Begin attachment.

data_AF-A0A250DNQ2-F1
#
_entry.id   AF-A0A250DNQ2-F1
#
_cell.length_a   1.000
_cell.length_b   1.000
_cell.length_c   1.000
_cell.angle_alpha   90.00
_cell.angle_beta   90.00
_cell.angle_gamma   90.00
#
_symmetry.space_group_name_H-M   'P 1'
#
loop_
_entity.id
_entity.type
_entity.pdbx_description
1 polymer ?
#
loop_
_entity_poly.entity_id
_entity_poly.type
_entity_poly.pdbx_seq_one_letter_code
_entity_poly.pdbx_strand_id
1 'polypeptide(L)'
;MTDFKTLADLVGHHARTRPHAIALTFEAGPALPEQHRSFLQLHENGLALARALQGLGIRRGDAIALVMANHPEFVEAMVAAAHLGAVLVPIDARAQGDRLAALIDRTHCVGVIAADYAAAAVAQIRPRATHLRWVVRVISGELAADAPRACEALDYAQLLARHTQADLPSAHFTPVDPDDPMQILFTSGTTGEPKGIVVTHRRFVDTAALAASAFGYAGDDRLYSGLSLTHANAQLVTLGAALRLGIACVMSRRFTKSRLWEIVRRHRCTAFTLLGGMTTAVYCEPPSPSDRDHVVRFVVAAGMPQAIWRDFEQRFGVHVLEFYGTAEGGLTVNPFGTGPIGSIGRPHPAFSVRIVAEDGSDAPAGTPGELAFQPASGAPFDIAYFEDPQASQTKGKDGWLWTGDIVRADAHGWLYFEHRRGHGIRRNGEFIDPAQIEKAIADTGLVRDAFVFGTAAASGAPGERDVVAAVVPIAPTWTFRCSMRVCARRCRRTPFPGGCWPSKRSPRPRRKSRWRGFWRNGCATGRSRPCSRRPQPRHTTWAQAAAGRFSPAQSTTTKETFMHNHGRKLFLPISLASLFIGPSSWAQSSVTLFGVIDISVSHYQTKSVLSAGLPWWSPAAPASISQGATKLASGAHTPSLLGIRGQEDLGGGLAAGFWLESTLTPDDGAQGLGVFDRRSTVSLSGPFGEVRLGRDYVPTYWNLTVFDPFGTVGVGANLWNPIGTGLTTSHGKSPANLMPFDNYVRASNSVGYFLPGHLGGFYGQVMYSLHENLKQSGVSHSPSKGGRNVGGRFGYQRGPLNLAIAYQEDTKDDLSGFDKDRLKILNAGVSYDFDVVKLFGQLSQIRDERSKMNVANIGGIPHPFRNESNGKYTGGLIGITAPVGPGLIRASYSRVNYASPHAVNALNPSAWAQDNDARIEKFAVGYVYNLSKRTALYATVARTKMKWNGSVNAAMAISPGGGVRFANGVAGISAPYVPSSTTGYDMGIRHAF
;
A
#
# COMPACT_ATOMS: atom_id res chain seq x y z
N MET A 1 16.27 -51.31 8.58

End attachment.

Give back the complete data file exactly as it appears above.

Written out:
data_AF-A0A250DNQ2-F1
#
_entry.id   AF-A0A250DNQ2-F1
#
_cell.length_a   1.000
_cell.length_b   1.000
_cell.length_c   1.000
_cell.angle_alpha   90.00
_cell.angle_beta   90.00
_cell.angle_gamma   90.00
#
_symmetry.space_group_name_H-M   'P 1'
#
loop_
_entity.id
_entity.type
_entity.pdbx_description
1 polymer ?
#
loop_
_entity_poly.entity_id
_entity_poly.type
_entity_poly.pdbx_seq_one_letter_code
_entity_poly.pdbx_strand_id
1 'polypeptide(L)'
;MTDFKTLADLVGHHARTRPHAIALTFEAGPALPEQHRSFLQLHENGLALARALQGLGIRRGDAIALVMANHPEFVEAMVAAAHLGAVLVPIDARAQGDRLAALIDRTHCVGVIAADYAAAAVAQIRPRATHLRWVVRVISGELAADAPRACEALDYAQLLARHTQADLPSAHFTPVDPDDPMQILFTSGTTGEPKGIVVTHRRFVDTAALAASAFGYAGDDRLYSGLSLTHANAQLVTLGAALRLGIACVMSRRFTKSRLWEIVRRHRCTAFTLLGGMTTAVYCEPPSPSDRDHVVRFVVAAGMPQAIWRDFEQRFGVHVLEFYGTAEGGLTVNPFGTGPIGSIGRPHPAFSVRIVAEDGSDAPAGTPGELAFQPASGAPFDIAYFEDPQASQTKGKDGWLWTGDIVRADAHGWLYFEHRRGHGIRRNGEFIDPAQIEKAIADTGLVRDAFVFGTAAASGAPGERDVVAAVVPIAPTWTFRCSMRVCARRCRRTPFPGGCWPSKRSPRPRRKSRWRGFWRNGCATGRSRPCSRRPQPRHTTWAQAAAGRFSPAQSTTTKETFMHNHGRKLFLPISLASLFIGPSSWAQSSVTLFGVIDISVSHYQTKSVLSAGLPWWSPAAPASISQGATKLASGAHTPSLLGIRGQEDLGGGLAAGFWLESTLTPDDGAQGLGVFDRRSTVSLSGPFGEVRLGRDYVPTYWNLTVFDPFGTVGVGANLWNPIGTGLTTSHGKSPANLMPFDNYVRASNSVGYFLPGHLGGFYGQVMYSLHENLKQSGVSHSPSKGGRNVGGRFGYQRGPLNLAIAYQEDTKDDLSGFDKDRLKILNAGVSYDFDVVKLFGQLSQIRDERSKMNVANIGGIPHPFRNESNGKYTGGLIGITAPVGPGLIRASYSRVNYASPHAVNALNPSAWAQDNDARIEKFAVGYVYNLSKRTALYATVARTKMKWNGSVNAAMAISPGGGVRFANGVAGISAPYVPSSTTGYDMGIRHAF
;
A
#
# COMPACT_ATOMS: atom_id res chain seq x y z
N MET A 1 16.27 -51.31 8.58